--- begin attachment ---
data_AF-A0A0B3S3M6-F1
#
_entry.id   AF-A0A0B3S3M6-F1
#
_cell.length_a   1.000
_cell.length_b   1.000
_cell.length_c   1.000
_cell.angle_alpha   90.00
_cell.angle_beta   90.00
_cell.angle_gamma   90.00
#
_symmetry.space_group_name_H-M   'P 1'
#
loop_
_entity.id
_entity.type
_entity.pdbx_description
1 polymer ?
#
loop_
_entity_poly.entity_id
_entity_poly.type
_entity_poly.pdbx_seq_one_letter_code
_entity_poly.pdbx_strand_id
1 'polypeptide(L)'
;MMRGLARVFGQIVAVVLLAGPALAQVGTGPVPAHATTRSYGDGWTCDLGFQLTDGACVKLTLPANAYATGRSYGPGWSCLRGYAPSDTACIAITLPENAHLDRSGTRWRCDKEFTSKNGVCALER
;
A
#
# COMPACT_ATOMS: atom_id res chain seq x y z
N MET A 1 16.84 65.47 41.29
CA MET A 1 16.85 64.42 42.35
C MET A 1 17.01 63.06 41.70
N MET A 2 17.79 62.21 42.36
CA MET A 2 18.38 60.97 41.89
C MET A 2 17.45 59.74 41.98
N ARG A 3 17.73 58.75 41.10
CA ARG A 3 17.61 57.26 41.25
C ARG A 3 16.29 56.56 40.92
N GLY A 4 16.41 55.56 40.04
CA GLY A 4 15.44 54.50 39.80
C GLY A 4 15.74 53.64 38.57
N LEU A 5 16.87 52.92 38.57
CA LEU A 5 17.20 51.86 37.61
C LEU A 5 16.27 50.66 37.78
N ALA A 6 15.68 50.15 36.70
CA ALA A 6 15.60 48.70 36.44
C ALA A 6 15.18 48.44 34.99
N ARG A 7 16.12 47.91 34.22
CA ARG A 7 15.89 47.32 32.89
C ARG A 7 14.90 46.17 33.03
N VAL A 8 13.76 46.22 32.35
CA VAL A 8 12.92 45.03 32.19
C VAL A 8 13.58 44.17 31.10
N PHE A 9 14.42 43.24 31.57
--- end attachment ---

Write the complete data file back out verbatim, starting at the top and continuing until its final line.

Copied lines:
data_AF-A0A0B3S3M6-F1
#
_entry.id   AF-A0A0B3S3M6-F1
#
_cell.length_a   1.000
_cell.length_b   1.000
_cell.length_c   1.000
_cell.angle_alpha   90.00
_cell.angle_beta   90.00
_cell.angle_gamma   90.00
#
_symmetry.space_group_name_H-M   'P 1'
#
loop_
_entity.id
_entity.type
_entity.pdbx_description
1 polymer ?
#
loop_
_entity_poly.entity_id
_entity_poly.type
_entity_poly.pdbx_seq_one_letter_code
_entity_poly.pdbx_strand_id
1 'polypeptide(L)'
;MMRGLARVFGQIVAVVLLAGPALAQVGTGPVPAHATTRSYGDGWTCDLGFQLTDGACVKLTLPANAYATGRSYGPGWSCLRGYAPSDTACIAITLPENAHLDRSGTRWRCDKEFTSKNGVCALER
;
A
#
# COMPACT_ATOMS: atom_id res chain seq x y z
N MET A 1 16.84 65.47 41.29
CA MET A 1 16.85 64.42 42.35
C MET A 1 17.01 63.06 41.70
N MET A 2 17.79 62.21 42.36
CA MET A 2 18.38 60.97 41.89
C MET A 2 17.45 59.74 41.98
N ARG A 3 17.73 58.75 41.10
CA ARG A 3 17.61 57.26 41.25
C ARG A 3 16.29 56.56 40.92
N GLY A 4 16.41 55.56 40.04
CA GLY A 4 15.44 54.50 39.80
C GLY A 4 15.74 53.64 38.57
N LEU A 5 16.87 52.92 38.57
CA LEU A 5 17.20 51.86 37.61
C LEU A 5 16.27 50.66 37.78
N ALA A 6 15.68 50.15 36.70
CA ALA A 6 15.60 48.70 36.44
C ALA A 6 15.18 48.44 34.99
N ARG A 7 16.12 47.91 34.22
CA ARG A 7 15.89 47.32 32.89
C ARG A 7 14.90 46.17 33.03
N VAL A 8 13.76 46.22 32.35
CA VAL A 8 12.92 45.03 32.19
C VAL A 8 13.58 44.17 31.10
N PHE A 9 14.42 43.24 31.57